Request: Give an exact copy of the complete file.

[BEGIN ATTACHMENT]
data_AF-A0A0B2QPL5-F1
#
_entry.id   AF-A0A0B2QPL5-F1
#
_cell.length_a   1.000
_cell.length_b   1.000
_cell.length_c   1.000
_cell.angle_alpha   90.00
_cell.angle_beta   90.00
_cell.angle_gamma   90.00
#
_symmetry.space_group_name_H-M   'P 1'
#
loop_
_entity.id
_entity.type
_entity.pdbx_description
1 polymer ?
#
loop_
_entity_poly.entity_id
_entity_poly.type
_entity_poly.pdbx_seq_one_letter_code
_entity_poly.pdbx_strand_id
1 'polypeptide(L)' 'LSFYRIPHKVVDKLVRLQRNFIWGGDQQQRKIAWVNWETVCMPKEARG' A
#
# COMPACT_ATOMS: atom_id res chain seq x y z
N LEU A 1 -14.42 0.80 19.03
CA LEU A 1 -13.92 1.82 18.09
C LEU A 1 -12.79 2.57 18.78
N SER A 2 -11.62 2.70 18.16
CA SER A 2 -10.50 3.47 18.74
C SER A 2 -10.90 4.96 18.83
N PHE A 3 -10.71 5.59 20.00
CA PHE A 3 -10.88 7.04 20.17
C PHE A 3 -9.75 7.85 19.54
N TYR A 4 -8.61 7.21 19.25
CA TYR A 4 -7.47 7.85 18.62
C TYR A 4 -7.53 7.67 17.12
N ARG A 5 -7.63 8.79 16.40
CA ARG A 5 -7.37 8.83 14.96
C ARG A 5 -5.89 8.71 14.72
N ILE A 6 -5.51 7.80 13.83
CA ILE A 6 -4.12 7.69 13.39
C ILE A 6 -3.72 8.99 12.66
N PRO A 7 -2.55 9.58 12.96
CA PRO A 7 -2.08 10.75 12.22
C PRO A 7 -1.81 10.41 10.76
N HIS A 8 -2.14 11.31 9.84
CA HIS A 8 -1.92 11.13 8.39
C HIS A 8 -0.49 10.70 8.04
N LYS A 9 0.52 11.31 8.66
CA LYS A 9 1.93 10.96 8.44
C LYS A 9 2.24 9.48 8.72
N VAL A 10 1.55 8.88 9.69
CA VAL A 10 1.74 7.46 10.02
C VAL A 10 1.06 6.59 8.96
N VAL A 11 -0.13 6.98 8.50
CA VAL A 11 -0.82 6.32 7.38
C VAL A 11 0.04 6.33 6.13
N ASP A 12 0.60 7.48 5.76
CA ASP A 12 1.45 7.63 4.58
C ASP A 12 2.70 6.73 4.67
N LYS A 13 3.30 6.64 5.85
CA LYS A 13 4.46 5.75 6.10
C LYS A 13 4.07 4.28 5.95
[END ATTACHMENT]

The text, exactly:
data_AF-A0A0B2QPL5-F1
#
_entry.id   AF-A0A0B2QPL5-F1
#
_cell.length_a   1.000
_cell.length_b   1.000
_cell.length_c   1.000
_cell.angle_alpha   90.00
_cell.angle_beta   90.00
_cell.angle_gamma   90.00
#
_symmetry.space_group_name_H-M   'P 1'
#
loop_
_entity.id
_entity.type
_entity.pdbx_description
1 polymer ?
#
loop_
_entity_poly.entity_id
_entity_poly.type
_entity_poly.pdbx_seq_one_letter_code
_entity_poly.pdbx_strand_id
1 'polypeptide(L)' 'LSFYRIPHKVVDKLVRLQRNFIWGGDQQQRKIAWVNWETVCMPKEARG' A
#
# COMPACT_ATOMS: atom_id res chain seq x y z
N LEU A 1 -14.42 0.80 19.03
CA LEU A 1 -13.92 1.82 18.09
C LEU A 1 -12.79 2.57 18.78
N SER A 2 -11.62 2.70 18.16
CA SER A 2 -10.50 3.47 18.74
C SER A 2 -10.90 4.96 18.83
N PHE A 3 -10.71 5.59 20.00
CA PHE A 3 -10.88 7.04 20.17
C PHE A 3 -9.75 7.85 19.54
N TYR A 4 -8.61 7.21 19.25
CA TYR A 4 -7.47 7.85 18.62
C TYR A 4 -7.53 7.67 17.12
N ARG A 5 -7.63 8.79 16.40
CA ARG A 5 -7.37 8.83 14.96
C ARG A 5 -5.89 8.71 14.72
N ILE A 6 -5.51 7.80 13.83
CA ILE A 6 -4.12 7.69 13.39
C ILE A 6 -3.72 8.99 12.66
N PRO A 7 -2.55 9.58 12.96
CA PRO A 7 -2.08 10.75 12.22
C PRO A 7 -1.81 10.41 10.76
N HIS A 8 -2.14 11.31 9.84
CA HIS A 8 -1.92 11.13 8.39
C HIS A 8 -0.49 10.70 8.04
N LYS A 9 0.52 11.31 8.66
CA LYS A 9 1.93 10.96 8.44
C LYS A 9 2.24 9.48 8.72
N VAL A 10 1.55 8.88 9.69
CA VAL A 10 1.74 7.46 10.02
C VAL A 10 1.06 6.59 8.96
N VAL A 11 -0.13 6.98 8.50
CA VAL A 11 -0.82 6.32 7.38
C VAL A 11 0.04 6.33 6.13
N ASP A 12 0.60 7.48 5.76
CA ASP A 12 1.45 7.63 4.58
C ASP A 12 2.70 6.73 4.67
N LYS A 13 3.30 6.64 5.85
CA LYS A 13 4.46 5.75 6.10
C LYS A 13 4.07 4.28 5.95